North Mexico attack: Three women, six children killed in ambush

Mexican officials say the attack on the Mormon family may have been a case of mistaken identity.

     A photo combo showing one of the vehicles attacked by an armed group and in which several children were traveling, in Bavispe, Mexico [EPA]
    A photo combo showing one of the vehicles attacked by an armed group and in which several children were traveling, in Bavispe, Mexico [EPA]

    At least three women and six children, all apparently US citizens, were killed by drug cartel gunmen in northern Mexico, officials said on Tuesday. Six children were found alive, one child had a bullet wound and one child was still missing.

    Mexican Security Secretary Alfonso Durazo said the gunmen may have mistaken the group's large SUVs for rival gangs. He said at least five children have been taken to Phoenix, Arizona, in the United States for treatment.

    The victims belonged to the LeBaron family who live in the decades-old La Mora settlement in Sonora state. The community was founded as part of an offshoot of The Church of Jesus Christ of Latter-day Saints, also known as the Mormon church.

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    Security officials said the attack on Tuesday which occurred on a dirt road between Chihuahua and Sonora states, which border the US.

    The slaughter of US citizens on Mexican soil quickly became an international issue, with US President Donald Trump tweeting, "This is the time for Mexico, with the help of the United States, to wage WAR on the drug cartels and wipe them off the face of the earth."

    President Andres Manuel Lopez Obrador refused that approach, saying at a Tuesday morning news conference, "The worst thing you can have is war."

    "We declared war, and it didn't work," Lopez Obrador said, referring to the policies of previous administrations. "That is not an option."

    Lopez Obrador's strategy has faced criticism in recent weeks, however. Two weeks ago, Mexican troops had to release a drug lord after his supporters mounted armed attacks in Culiacan, Sinaloa.

    Trump said the US "stands ready, willing and able to get involved and do the job quickly and effectively". 

    Later on Tuesday, Lopez Obrador said he thanked Trump for his willingness to help after the attack. He also said he told the US president that the Mexican government would ensure justice was done.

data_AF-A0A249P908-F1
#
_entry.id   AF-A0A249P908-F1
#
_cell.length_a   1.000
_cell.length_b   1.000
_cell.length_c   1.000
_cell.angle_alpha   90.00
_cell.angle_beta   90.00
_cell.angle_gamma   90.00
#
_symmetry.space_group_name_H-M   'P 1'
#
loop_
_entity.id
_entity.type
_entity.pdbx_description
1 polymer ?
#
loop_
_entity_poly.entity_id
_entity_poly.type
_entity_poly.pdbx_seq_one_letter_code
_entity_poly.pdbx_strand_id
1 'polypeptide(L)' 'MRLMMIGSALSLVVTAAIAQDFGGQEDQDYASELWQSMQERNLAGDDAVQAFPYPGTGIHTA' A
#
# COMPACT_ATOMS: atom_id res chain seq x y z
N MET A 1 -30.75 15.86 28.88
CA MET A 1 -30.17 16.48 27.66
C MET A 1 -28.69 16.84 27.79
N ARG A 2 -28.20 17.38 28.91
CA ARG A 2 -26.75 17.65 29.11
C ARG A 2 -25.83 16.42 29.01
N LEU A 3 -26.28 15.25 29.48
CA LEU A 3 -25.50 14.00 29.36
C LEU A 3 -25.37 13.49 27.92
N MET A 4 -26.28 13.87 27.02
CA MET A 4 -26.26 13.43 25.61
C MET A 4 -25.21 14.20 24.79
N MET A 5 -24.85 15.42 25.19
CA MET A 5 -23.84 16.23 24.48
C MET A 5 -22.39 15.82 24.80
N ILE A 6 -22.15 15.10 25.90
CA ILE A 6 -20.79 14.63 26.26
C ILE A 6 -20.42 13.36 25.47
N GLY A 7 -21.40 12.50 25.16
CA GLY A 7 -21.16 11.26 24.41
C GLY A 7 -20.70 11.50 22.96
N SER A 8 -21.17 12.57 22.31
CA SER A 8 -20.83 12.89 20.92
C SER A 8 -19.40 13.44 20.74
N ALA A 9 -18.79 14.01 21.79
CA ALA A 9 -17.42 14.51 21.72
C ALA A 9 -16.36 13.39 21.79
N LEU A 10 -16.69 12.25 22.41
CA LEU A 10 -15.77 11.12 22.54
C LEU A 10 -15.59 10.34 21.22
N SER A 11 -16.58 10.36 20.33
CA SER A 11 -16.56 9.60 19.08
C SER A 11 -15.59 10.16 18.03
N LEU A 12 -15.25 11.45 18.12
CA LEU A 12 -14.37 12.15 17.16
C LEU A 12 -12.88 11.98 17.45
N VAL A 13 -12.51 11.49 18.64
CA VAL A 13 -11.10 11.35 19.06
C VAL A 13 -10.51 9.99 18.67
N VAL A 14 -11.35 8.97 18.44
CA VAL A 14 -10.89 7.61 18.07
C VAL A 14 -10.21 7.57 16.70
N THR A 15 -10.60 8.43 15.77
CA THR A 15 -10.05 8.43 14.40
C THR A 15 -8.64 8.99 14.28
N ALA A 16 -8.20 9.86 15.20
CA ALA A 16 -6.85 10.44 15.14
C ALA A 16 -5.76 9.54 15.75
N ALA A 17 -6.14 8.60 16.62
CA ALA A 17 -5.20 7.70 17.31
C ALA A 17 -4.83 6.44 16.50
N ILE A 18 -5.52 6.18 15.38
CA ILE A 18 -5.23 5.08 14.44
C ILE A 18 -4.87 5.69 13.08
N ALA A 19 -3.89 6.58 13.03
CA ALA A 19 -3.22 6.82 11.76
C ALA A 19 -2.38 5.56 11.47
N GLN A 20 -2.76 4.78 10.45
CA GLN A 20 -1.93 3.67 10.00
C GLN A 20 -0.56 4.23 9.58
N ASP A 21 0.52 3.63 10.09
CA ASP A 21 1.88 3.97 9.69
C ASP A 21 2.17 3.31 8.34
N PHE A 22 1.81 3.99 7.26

A 'massacre'

    A relative of the victims told the Associated Press that members of the community had been travelling in a convoy of three vehicles when the attacks occurred. The relative, who was not named for fear of reprisal, speculated that the incident could be a case of mistaken identity.

    Julian LeBaron, another family relative, described the incident as a "massacre", saying in a text message to Reuters News Agency that some family members were burned alive. He added other injured members of the family were being transported to Phoenix, Arizona, in the US for treatment.

    "We don't know why, though they had received indirect threats. We don't know who did it," he said.

    Several children who fled the attack were lost for hours in the countryside before being found, he added.

    A video posted on social media showed the charred and smoking remains of a vehicle riddled with bullet holes that was apparently carrying the victims when the attack happened.

    "This is for the record," said a man's voice in an American accent, off-camera, choking up with emotion.

    "Nita and four of my grandchildren are burnt and shot up," he added. 

    The video could not independently be verified.

    Investigation launched

    Chihuahua and Sonora state governments issued a joint statement saying an investigation had been launched and that some people were presumed dead and others missing.

    The statement noted additional federal and local security forces were being sent into the area near the border between the two Mexican states, but did not provide further details.

    Mormons of Germanic origin settled in northern Mexico in the 1920s after moving from the US, where the religion was founded. The group broke away from the mainstream Mormon church when it abandoned polygamous marriages.

    It's not the first time that members of the break-away religious community had been attacked in the region.

    In 2009, Benjamin LeBaron, an anti-crime activist who was related to those killed in Monday's attack, was murdered along with his brother-in-law in neighbouring Chihuahua state. Mormons in the region have also previously suffered widespread kidnapping. 

    US Ambassador to Mexico Christopher Landau, who travelled to Sonora earlier on Monday for unrelated work meetings, said he was following the incident closely.

    "The security of our co-nationals is our great priority," he said on Twitter.

    SOURCE: News agencies